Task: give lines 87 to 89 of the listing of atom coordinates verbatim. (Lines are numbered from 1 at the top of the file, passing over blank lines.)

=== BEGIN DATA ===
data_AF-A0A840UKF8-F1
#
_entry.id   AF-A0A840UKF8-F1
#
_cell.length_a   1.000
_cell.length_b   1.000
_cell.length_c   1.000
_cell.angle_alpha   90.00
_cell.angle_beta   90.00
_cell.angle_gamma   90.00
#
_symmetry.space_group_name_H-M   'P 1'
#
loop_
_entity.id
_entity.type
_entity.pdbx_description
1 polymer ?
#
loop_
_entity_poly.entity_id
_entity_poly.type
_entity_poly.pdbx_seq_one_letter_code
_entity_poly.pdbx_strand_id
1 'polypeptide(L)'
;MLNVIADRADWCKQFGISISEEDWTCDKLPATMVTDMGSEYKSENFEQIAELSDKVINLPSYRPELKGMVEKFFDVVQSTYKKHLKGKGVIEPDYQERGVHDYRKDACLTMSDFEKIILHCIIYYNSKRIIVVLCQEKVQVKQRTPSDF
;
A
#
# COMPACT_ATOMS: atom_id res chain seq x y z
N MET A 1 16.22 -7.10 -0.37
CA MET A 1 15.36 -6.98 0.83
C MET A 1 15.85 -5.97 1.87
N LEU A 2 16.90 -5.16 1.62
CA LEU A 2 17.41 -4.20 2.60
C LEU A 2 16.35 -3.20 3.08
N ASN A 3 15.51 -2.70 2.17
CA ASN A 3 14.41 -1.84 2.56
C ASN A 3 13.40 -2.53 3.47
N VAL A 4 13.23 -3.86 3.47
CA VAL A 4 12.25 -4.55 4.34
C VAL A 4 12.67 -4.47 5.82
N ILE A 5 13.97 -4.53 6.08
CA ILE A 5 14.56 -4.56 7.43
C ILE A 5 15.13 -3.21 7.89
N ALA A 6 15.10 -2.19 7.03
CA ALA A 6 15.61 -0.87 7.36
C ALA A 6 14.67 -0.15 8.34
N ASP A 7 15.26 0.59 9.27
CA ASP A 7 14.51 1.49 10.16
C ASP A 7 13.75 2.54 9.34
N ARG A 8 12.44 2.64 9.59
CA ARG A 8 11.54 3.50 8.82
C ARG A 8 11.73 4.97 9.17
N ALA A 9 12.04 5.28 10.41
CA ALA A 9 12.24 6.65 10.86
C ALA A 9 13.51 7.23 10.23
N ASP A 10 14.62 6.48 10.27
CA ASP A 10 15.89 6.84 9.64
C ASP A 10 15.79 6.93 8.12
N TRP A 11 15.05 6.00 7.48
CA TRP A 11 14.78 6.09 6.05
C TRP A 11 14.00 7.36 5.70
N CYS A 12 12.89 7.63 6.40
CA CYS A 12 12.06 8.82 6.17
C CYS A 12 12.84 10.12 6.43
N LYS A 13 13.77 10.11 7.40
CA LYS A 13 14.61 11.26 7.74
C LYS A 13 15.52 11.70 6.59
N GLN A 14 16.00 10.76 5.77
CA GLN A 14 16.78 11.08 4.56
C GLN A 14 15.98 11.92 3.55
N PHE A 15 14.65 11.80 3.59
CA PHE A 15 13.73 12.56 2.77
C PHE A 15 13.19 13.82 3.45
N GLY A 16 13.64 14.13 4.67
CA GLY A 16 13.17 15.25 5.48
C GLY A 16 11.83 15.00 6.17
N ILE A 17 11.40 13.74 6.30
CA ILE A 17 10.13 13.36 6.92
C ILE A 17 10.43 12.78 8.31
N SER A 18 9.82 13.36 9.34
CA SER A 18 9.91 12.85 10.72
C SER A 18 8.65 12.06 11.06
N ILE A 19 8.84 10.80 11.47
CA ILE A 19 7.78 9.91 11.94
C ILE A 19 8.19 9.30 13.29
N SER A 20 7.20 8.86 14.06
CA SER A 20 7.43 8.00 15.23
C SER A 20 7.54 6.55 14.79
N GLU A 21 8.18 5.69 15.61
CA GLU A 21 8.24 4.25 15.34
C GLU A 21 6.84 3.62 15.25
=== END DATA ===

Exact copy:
C ILE A 19 8.19 9.30 13.29
N SER A 20 7.20 8.86 14.06
CA SER A 20 7.43 8.00 15.23